I brought some new clothes home for my mum yesterday. Like an excited little girl, she tried them on quickly and stood before the mirror. Her smile turned into a frown. "It has nothing to do with the clothes, it's just difficult to look good at my age."
"You look fine mum!"
To me, she is always beautiful. Sure there are days when she can look so gaunt from her ill health, but in my eyes, she's the sweet old mum with a girlish face, albeit now lined with age.
Then we settled down for a chat, an activity that we both enjoy immensely. When I updated her on the kids' progress in school, she suddenly exclaimed, "Imagine if you were a Tiger Mother like Amy Chua, YK would surely excel in school. He can even be a doctor!"
Well, I'm not sure about that. You see, I can never be a Tiger Mother. First of all, my kids aren't exactly cute little cubs that I can push around. It's not easy at all to replicate Amy's teaching methods (not that I agree that her methods are correct). It takes a hell lot of discipline and sacrifice on her part to raise her 'perfect' cubs.
I've always believe in giving my kids space. Instead of making them sit for hours practising the piano or math papers, we were out chasing butterflies and building sandcastles. While my best friend's kids were reciting the multiplication table, mine were breeding caterpillars and shrimps. Though we are best friends, our priorities are quite different.
Today her kids are doing very well academically. Thanks to their parents, they are very accomplished. They scuba dive and ski, and even though they are excellent swimmers, they're still taking lessons (for more than 10 years already) under a national coach.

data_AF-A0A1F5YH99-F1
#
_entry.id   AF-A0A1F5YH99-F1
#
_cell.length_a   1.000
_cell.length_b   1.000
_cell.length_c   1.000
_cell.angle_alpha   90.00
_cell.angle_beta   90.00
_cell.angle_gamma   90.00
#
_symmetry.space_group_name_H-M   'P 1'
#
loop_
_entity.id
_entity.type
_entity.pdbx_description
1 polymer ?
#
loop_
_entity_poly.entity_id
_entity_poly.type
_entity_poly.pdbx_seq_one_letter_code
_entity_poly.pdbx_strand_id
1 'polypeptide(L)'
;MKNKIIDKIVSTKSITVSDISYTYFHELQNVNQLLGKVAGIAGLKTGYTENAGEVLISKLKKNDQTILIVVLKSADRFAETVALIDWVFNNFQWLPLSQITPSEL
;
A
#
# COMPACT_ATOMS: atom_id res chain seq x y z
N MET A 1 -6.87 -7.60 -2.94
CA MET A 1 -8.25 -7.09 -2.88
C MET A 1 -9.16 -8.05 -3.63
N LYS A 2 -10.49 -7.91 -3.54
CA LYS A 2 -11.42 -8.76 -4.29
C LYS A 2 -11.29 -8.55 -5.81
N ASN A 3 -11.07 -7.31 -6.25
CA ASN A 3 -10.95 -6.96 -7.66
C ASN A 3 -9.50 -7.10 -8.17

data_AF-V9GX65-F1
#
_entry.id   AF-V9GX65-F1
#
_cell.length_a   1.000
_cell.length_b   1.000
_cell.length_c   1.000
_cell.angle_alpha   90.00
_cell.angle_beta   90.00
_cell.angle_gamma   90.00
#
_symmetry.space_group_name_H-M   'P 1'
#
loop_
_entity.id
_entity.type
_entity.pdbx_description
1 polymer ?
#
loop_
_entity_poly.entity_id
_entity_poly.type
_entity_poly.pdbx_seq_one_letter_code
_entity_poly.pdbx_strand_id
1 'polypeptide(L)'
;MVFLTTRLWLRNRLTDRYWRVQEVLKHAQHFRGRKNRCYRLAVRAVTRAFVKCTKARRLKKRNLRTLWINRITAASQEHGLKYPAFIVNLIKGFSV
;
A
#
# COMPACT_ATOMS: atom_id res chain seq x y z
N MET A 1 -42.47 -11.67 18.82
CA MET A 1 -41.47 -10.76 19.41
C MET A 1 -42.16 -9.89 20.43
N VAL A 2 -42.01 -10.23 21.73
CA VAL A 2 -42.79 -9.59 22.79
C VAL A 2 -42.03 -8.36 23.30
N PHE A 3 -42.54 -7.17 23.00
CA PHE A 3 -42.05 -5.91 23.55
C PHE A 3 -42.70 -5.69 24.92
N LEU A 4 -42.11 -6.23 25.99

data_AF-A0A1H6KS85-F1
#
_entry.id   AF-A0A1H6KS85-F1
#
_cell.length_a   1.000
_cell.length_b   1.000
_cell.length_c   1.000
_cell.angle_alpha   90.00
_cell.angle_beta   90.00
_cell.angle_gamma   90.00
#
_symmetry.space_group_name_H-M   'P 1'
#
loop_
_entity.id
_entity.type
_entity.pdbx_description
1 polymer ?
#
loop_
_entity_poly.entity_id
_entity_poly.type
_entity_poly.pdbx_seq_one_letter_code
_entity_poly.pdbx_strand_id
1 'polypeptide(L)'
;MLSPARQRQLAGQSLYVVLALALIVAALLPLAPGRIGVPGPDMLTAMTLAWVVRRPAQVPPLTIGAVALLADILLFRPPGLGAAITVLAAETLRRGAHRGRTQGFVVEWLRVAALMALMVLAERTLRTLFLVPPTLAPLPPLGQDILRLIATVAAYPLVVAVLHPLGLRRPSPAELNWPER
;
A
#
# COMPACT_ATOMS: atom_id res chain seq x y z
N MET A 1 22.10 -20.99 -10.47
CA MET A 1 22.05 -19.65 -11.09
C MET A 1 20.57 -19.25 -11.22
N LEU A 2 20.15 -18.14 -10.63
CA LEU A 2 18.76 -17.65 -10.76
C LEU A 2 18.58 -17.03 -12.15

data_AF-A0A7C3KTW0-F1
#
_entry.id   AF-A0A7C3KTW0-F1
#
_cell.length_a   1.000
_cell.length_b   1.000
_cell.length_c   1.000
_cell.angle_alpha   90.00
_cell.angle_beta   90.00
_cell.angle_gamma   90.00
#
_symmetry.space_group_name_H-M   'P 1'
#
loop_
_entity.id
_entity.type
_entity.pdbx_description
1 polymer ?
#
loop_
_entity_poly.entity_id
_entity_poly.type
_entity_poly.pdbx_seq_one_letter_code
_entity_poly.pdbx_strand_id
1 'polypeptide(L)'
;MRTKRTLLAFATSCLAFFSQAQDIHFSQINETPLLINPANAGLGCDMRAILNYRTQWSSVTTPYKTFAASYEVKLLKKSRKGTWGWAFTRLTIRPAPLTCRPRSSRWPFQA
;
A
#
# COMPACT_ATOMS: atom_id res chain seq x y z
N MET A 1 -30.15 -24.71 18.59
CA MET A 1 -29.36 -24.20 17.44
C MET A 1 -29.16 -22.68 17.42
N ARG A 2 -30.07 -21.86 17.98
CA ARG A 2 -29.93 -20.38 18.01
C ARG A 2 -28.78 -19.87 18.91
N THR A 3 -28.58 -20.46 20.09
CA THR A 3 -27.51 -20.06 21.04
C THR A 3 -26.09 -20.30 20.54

When we were on a vacation in Thailand, one of her sons refused to go scuba diving. He was moody and wanted to stay on board with us. Maybe he was feeling a little seasick like us but after much persuasion and pep talk, he donned his scuba gear reluctantly and went into the water.
My kids felt sorry for him and were relieved that I've not given them that kind of pressure. Sometimes I wonder if I had started them on the right path. I have been told that I'm too lax with my kids and that my old methods no longer work in today's competitive environment. I'm surrounded by too many Tiger Mummies in Singapore!
In a way, I am glad my kids are already in their teens. While they aren't exactly the smartest kids in school, they are good in other things. One thing for sure, the passion for their hobbies has pushed them to acquire a lot more knowledge outside the school textbook.
Such knowledge and experience might not help them score marks in school, but will surely come in handy in the school of life. And that is ultimately what matters most.